Whether you were actually able to see what was going on during the Battle of Winterfell or not, last week’s Game of Thrones brought the action and spawned a whole bunch of chaos. In the aftermath, we’re left to wonder about what comes next. We’ve all got our opinions about that, of course, but are you ready to defend yours in a fiery trial by conversational combat? Uproxx’s Kimberly Ricci and Jason Tabrys are very ready to do exactly that, and this week, they’re going to discuss the Winterfell aftermath and the upcoming matchup between Cersei and Daenerys (and Arya!) before turning the discussion over to you in the comments section.
Kimberly: Jason, we’re now halfway through the final Thrones season, and the living have now (allegedly) vanquished the undead. Let’s face it, Arya pretty much saved everyone by killing the Night King, but looking forward, she’s still got names on her kill list, and there’s still much ground to cover for other characters. The last battle at King’s Landing lies ahead, and from a strategic standpoint, it’s not looking good for the forces that fought at the Battle of Winterfell. The Dothraki are essentially gone, Dany’s a mess after Jorah’s death, the dragons are probably weakened. What does this do for Cersei’s side?
Jason: You went back and re-watched, so you’re more prepared than I am. If I want to stare into a dark space in search of meaning, I can stare into my soul. BUT SERIOUSLY… count me among the ranks of those who are a little stunned that we’re just sort of over and done with the “Winter is Coming, Winter is Here, Oh, SNAP, WINTER IS KICKIN OUR ASS!” thing. Now it’s Cersei season. And yeah sure, I love me some Cersei. And yeah sure, Dany and her armies aren’t in the best shape, but do we need a quick and fresh reminder as to how formidable Cersei can be for this to not feel like we’ve already had our dessert? Maybe that means luring Jamie into a trap and stabbing him in the heart. I don’t know. She doesn’t have anyone else to lose or anyone close to her whose sacrifice would mean a thing to the audience because that girl is poiiiiison. Maybe I’m overthinking it. Am I giving Cersei’s villainy and formidability too little respect? Is she a more appropriate end game villain than the Night King despite his frosty coolness and army of the undead?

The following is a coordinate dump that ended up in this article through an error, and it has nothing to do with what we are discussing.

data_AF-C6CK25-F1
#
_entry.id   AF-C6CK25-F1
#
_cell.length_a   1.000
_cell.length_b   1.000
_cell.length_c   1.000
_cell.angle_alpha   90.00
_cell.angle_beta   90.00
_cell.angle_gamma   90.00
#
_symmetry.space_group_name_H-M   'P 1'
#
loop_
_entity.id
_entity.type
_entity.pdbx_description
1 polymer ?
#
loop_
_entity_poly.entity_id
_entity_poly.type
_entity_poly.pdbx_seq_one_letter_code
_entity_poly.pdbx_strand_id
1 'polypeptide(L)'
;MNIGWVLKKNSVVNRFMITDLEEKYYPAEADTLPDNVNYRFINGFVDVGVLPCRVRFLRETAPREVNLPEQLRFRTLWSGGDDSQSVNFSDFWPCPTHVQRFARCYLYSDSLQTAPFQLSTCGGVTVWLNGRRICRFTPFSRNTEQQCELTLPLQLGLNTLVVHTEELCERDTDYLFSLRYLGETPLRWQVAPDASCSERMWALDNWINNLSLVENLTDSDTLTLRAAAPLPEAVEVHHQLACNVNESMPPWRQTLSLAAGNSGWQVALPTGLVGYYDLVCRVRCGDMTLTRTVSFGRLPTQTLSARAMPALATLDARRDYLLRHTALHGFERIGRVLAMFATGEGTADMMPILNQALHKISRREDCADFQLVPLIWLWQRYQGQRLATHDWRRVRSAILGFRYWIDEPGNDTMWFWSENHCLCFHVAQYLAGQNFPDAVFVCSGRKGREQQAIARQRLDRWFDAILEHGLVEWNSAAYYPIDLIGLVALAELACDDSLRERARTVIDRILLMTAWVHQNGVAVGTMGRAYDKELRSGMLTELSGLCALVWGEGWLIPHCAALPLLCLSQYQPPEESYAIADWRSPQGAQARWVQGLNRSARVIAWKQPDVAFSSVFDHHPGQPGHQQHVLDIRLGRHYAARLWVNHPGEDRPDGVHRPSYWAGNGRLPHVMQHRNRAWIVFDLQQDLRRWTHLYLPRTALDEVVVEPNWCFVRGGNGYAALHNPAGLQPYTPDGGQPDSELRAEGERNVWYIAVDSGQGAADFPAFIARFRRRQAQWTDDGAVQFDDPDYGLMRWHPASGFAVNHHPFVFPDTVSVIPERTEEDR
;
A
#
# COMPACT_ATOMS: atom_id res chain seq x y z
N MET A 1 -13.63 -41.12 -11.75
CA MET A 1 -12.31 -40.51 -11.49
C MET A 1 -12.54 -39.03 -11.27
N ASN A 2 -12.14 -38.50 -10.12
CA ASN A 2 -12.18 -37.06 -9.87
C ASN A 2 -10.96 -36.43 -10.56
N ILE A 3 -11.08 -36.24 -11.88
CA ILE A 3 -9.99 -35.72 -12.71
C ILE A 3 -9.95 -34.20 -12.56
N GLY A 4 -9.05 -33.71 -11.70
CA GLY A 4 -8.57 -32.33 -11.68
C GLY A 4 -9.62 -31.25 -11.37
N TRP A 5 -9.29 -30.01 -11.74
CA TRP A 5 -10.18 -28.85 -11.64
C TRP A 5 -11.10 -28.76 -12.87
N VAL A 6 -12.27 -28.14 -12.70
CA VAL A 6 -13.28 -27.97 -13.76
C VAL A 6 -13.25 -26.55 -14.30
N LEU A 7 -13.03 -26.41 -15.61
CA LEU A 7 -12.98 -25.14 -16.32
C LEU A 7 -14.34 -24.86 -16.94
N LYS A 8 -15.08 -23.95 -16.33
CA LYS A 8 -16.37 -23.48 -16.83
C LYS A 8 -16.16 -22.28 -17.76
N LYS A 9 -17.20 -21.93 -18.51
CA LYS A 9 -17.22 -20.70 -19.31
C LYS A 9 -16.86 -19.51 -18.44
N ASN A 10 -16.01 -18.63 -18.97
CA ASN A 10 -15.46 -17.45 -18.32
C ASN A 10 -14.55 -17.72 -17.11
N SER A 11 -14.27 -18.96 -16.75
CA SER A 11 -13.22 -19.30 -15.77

Kimberly: I do worry that I’ve been underestimating Cersei all along, and maybe she is the true villain. It makes my eyes look like Bran’s warging orbs to think about it that way, but god, she’s so smart to have sat out the Battle of Winterfell. She’s crafty, but her greatest strength now that the Winterfell forces and leadership are substantially weakened, so however you read it, she’s a bigger villain that the Night King ever was. I can’t believe I’m saying this! But who expected the Night King to be taken out so swiftly? No one. And that makes me angry at the writers. Really, it’s a narrative gut-punch to the audience after they played him up so much. My god, they placed so many clues about his origins as a Stark or a Targaryen, and None. Of. It. Mattered. He might as well have been Marilyn Manson (all costumey-shock value) as far as his true threat level is concerned. That’s not as cool as your comment about him flying in on a dragon like he’s on an Axxis album cover, but man, I’m so stabby. The Night King now looks like a pinch-hitting, local opening band before the main attraction. Further, Dany and Sansa don’t trust each other, Jon Snow wants a vacation from leading, and Tyrion’s wavering. He joked in the crypt that he’s ill-equipped to fight for the undead, and I’m reading that as a sign that he’s considered switching sides. Whether that means fighting for Sansa and not Dany, or if he’ll go back to Cersei’s side, I really can’t say. Sigh … should I stop whining and simply be happy that Arya was the one who took out the Night King?